2015’s The Heroic Legend of Arslan is the tale of the early days of a young prince of a recently conquered kingdom as he builds an army to take back his home.
[This article contains spoilers for both The Heroic Legend of Arslan and The Heroic Legend of Arslan: Dust Storm Dance.]
This season’s The Heroic Legend of Arslan: Dust Storm Dance continues the story as, on the eve of Arslan’s triumphant march to retake the capital, his father (the king) escapes prison, takes charge of the army, and sends Arslan into exile.
The first season of Arslan is a 25-episode epic featuring numerous battles and adventures across Arslan’s war-torn country. Dust Storm Dance, in comparison, is a meager eight episodes. While the main plot–the exiled prince and his friends attempting to raise an army by fighting pirates and corruption in a southern port city–is more of the fun you’d expect given the first season, it is the episode-long portions that don’t focus on the prince and his friends that are the most interesting.
The first of these plots deal with Hilmes. Hilmes is Arslan’s cousin and the rightful heir to the throne. After barely escaping an assassination attempt at the hands of Arslan’s father as a child, Hilmes is raised in exile–only to ally with neighboring enemy nation Lusitania in his bid to take what should have always been his.
In the first season of Arslan, Hilmes is shown to be the antithesis of Arslan. He is a classic feudal ruler: he feels that all of his subjects should serve him by divine right. He is simply better than everyone else, so they should serve him unquestioningly. He has no qualms about sending even the most loyal soldier to his death. He cares not for human life but only for how useful a person is as a tool for his cause.
Compared to the progressive Arslan–a man who is pained by every death in his name and plans to abolish slavery upon taking the throne–Hilmes is a monster. Dust Storm Dance does the important step of humanising Hilmes by showing that there is, in fact, one person in the world he cares more about than either himself or his revenge: the blind princess Irina.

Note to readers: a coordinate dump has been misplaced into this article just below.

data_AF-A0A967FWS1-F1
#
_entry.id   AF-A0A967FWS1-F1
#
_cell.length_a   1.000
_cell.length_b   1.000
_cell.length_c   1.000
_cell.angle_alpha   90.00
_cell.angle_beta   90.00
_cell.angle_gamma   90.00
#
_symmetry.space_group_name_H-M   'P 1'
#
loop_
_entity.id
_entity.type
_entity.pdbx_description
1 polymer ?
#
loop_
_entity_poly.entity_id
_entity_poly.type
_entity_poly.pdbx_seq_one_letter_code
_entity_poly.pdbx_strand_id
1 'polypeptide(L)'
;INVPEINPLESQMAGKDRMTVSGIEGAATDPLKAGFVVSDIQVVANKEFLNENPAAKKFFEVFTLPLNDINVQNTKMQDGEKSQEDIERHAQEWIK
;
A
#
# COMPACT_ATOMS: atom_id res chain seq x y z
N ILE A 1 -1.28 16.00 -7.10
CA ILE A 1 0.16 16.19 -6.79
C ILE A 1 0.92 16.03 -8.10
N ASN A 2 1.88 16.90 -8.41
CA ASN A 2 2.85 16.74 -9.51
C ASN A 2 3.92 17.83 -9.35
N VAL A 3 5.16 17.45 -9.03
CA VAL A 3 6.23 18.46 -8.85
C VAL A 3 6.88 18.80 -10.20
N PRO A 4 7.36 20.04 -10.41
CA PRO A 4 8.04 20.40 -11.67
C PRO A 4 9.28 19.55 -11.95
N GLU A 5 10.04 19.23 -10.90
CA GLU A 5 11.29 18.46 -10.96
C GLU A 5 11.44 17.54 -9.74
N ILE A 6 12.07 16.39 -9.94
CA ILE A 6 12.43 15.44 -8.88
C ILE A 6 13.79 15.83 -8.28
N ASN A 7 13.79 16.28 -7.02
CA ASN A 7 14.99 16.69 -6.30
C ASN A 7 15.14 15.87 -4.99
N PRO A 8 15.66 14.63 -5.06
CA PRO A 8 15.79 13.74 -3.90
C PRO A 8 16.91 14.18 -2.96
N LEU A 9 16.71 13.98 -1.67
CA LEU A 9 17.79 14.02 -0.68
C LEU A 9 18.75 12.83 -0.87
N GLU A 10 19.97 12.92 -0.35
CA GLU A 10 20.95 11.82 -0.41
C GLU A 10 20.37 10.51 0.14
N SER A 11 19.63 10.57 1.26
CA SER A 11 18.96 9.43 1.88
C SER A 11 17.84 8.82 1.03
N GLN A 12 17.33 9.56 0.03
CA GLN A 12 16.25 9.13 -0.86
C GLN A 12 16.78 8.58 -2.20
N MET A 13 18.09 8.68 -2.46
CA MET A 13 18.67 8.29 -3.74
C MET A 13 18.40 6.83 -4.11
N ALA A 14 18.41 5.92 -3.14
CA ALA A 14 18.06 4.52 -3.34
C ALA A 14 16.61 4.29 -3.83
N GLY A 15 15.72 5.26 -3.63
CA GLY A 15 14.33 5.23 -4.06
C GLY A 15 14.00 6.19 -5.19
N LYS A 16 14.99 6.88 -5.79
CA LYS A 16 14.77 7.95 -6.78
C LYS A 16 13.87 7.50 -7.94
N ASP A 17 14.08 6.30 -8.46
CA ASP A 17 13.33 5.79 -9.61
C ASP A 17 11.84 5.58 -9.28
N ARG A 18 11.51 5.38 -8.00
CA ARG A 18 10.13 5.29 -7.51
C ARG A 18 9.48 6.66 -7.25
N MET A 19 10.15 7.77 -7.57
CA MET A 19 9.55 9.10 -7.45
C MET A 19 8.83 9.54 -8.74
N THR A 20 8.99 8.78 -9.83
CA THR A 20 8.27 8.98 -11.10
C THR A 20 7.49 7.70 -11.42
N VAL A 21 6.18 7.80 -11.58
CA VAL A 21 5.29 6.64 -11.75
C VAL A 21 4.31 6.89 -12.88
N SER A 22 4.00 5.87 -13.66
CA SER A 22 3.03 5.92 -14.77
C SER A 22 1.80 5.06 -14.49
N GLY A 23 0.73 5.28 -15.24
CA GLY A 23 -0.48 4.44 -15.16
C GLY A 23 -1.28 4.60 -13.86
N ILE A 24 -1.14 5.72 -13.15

Horrifically burned and in exile, Irina (an exiled princess in her own right) was Hilmes only companion–and one who obviously didn’t care about his scarred face. Before beginning on his road to revenge, Irina was the one person in his life who genuinely loved him. In fact, upon meeting her after years of separation in Dust Storm Dance, he refuses to admit his identity to her. He feels that until he is king–returned to his rightful status–he is unworthy of her. A shocking idea coming from perhaps the most egotistical character in the entire story.
As the story nears its conclusion, Hilmes even throws away his long time military relationship with the Lusitanian invaders the moment they turn their swords on Irina–who, in all fairness, tried to assassinate their king. He even breaks the promise he made to himself–to keep Irina away until he is king–when it becomes clear she is safest by his side. While it always seems in the first season that it is rage alone that drove him, it’s now clear that his love for Irina is nearly as powerful, if not more so. It turns Hilmes from a one-note villain into a more well-rounded character with a possibility for redemption.
The other non-Arslan related portion of the story focuses on Etoile, a member of the invading Lusitanian army and a girl that shares a special relationship with Arslan. As a child, Etoile was captured and made a slave–only to escape by using Arslan as a hostage. While she never knew he was the prince–and Arslan likewise didn’t realize she was a girl–the two meet numerous times over the first season.